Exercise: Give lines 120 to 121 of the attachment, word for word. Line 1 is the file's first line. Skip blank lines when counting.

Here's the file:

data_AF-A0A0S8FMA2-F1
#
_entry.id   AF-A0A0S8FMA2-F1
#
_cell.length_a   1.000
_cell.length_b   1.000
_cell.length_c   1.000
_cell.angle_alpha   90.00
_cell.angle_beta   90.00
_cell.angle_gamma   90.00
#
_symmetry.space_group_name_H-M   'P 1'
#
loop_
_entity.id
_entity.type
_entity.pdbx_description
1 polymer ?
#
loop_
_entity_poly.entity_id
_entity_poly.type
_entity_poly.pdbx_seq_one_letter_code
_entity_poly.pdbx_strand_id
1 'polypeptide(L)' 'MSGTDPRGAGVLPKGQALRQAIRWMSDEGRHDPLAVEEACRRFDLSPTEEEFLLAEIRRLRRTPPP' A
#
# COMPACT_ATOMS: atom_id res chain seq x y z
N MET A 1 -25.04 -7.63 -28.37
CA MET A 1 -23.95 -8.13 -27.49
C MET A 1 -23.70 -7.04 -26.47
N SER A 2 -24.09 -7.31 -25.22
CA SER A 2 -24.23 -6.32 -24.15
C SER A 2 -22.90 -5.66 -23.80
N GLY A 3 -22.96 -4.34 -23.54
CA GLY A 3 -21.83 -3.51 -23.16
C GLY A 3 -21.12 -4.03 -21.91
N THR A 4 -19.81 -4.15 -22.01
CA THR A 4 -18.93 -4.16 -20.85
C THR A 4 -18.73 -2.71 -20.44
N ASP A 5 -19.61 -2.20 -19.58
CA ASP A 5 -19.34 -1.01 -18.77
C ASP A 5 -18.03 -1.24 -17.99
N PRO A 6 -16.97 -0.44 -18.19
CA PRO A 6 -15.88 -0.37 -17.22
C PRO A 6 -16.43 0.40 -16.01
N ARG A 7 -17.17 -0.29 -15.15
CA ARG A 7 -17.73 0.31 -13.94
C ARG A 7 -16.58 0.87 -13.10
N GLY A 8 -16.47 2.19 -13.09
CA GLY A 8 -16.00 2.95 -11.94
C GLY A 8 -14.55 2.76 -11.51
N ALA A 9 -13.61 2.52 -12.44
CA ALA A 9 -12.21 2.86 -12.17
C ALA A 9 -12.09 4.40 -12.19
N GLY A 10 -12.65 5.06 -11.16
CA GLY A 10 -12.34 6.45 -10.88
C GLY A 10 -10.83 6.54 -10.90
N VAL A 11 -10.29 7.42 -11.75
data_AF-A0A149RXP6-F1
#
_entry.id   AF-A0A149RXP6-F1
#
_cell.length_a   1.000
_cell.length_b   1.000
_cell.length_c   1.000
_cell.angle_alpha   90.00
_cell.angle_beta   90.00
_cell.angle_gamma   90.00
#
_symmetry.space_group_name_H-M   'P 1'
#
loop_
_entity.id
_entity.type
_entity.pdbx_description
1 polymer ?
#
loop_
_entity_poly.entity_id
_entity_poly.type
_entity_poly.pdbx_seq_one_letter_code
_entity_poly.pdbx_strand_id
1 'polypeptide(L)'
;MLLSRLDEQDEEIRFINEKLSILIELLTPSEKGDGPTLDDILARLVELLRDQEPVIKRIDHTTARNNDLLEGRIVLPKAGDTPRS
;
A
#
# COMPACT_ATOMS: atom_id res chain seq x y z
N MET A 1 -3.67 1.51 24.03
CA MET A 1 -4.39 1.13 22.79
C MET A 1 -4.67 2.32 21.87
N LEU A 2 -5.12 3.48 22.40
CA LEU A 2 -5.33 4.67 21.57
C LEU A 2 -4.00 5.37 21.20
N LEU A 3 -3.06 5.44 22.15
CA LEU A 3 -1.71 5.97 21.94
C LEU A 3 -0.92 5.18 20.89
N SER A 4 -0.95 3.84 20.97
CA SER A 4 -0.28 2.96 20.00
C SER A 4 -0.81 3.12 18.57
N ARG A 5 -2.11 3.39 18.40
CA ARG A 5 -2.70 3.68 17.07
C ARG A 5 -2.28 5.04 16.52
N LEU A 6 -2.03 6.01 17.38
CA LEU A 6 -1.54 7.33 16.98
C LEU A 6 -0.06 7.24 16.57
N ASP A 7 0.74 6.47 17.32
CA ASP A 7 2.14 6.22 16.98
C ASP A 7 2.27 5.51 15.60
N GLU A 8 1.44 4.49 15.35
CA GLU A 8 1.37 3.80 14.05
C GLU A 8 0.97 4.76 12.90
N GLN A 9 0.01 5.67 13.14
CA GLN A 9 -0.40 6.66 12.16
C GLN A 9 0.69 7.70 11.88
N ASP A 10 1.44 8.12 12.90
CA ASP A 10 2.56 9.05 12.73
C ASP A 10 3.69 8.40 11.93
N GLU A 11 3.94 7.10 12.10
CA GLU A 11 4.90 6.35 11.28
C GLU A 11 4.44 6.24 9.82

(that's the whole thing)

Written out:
CA GLU A 11 4.90 6.35 11.28
C GLU A 11 4.44 6.24 9.82